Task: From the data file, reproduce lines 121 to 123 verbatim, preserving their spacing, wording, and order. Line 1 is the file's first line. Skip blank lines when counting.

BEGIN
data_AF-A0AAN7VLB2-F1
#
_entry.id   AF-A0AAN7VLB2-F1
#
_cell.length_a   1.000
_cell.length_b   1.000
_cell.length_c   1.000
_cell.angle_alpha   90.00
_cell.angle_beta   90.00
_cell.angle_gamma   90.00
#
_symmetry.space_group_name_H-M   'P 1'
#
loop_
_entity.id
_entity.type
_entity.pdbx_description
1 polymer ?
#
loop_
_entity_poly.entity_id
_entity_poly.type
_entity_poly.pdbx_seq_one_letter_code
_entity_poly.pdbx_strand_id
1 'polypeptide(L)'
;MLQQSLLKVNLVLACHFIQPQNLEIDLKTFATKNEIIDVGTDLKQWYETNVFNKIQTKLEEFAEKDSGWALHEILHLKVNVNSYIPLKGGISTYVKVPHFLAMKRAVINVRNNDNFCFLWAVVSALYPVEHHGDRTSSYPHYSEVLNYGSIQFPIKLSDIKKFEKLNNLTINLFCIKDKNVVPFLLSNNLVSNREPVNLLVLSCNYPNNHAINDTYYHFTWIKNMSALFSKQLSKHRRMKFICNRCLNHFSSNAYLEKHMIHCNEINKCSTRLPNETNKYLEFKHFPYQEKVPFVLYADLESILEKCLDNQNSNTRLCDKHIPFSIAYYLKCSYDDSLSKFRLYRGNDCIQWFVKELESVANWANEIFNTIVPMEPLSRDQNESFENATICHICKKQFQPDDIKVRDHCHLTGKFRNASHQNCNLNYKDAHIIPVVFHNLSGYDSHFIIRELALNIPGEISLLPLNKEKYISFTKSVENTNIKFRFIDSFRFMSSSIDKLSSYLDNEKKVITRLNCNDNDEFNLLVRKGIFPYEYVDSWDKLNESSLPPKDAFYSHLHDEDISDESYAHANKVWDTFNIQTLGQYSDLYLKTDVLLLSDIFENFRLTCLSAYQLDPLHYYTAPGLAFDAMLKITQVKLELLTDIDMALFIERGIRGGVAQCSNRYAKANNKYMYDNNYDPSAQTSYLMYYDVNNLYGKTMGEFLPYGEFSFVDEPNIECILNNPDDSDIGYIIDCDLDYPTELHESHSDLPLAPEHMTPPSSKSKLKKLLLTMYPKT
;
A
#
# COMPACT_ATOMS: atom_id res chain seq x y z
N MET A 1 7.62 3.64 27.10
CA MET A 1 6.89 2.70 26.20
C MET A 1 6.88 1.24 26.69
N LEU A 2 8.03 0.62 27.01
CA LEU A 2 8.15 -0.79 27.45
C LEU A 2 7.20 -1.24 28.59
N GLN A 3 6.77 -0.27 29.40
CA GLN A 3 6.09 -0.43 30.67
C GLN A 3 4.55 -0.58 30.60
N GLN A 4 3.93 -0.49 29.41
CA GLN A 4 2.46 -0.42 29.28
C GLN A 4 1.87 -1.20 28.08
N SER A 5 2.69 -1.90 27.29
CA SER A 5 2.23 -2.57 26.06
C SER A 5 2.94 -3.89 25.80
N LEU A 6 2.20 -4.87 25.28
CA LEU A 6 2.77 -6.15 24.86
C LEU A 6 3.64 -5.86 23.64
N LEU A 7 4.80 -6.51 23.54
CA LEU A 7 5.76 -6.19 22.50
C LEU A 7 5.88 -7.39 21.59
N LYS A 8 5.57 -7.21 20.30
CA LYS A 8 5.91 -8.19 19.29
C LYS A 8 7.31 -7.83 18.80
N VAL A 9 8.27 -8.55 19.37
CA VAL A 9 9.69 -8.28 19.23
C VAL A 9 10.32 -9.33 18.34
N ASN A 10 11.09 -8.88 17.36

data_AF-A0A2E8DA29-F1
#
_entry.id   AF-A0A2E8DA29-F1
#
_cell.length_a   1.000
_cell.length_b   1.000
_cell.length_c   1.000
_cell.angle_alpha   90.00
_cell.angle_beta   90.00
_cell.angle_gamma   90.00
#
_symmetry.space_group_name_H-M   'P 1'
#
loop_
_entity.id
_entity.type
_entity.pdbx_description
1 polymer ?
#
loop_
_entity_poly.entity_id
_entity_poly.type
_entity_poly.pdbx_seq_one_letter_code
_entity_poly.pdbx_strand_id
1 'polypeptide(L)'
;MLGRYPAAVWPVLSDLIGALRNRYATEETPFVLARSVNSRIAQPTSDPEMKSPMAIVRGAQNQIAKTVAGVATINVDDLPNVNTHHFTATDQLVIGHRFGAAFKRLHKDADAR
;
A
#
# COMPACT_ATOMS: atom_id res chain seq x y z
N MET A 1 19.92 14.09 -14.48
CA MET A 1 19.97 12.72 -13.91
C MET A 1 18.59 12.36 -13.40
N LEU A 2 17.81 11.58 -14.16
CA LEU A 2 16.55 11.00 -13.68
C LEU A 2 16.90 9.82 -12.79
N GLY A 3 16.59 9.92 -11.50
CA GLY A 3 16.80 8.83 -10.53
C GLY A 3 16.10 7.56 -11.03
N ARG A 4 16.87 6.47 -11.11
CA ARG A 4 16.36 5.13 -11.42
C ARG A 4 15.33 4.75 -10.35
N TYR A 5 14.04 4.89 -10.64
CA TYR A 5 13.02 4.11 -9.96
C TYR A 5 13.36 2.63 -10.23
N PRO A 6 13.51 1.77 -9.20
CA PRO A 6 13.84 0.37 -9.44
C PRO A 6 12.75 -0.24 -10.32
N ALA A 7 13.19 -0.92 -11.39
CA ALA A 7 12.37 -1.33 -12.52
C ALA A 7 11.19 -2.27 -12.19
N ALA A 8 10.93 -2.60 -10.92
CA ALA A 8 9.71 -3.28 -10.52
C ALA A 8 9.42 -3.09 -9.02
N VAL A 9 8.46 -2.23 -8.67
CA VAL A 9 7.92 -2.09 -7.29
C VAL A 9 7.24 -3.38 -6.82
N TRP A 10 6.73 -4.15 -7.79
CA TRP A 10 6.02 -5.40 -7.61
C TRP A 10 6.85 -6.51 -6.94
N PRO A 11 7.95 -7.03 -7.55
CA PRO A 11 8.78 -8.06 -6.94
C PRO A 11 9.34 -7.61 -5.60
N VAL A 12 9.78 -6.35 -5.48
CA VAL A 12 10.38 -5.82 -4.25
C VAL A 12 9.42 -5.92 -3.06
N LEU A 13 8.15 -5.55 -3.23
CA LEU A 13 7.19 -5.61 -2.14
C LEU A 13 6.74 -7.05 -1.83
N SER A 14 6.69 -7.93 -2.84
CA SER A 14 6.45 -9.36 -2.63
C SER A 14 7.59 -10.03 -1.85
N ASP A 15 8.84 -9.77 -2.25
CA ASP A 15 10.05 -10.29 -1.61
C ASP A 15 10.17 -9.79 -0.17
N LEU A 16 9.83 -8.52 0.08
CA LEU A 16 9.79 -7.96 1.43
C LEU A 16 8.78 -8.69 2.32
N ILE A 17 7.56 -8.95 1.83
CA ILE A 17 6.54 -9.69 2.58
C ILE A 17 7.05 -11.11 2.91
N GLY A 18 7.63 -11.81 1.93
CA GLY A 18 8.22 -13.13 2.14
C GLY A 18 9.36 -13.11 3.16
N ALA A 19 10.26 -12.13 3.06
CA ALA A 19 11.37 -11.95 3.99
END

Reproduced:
C PRO A 11 9.34 -7.61 -5.60
N VAL A 12 9.78 -6.35 -5.48
CA VAL A 12 10.38 -5.82 -4.25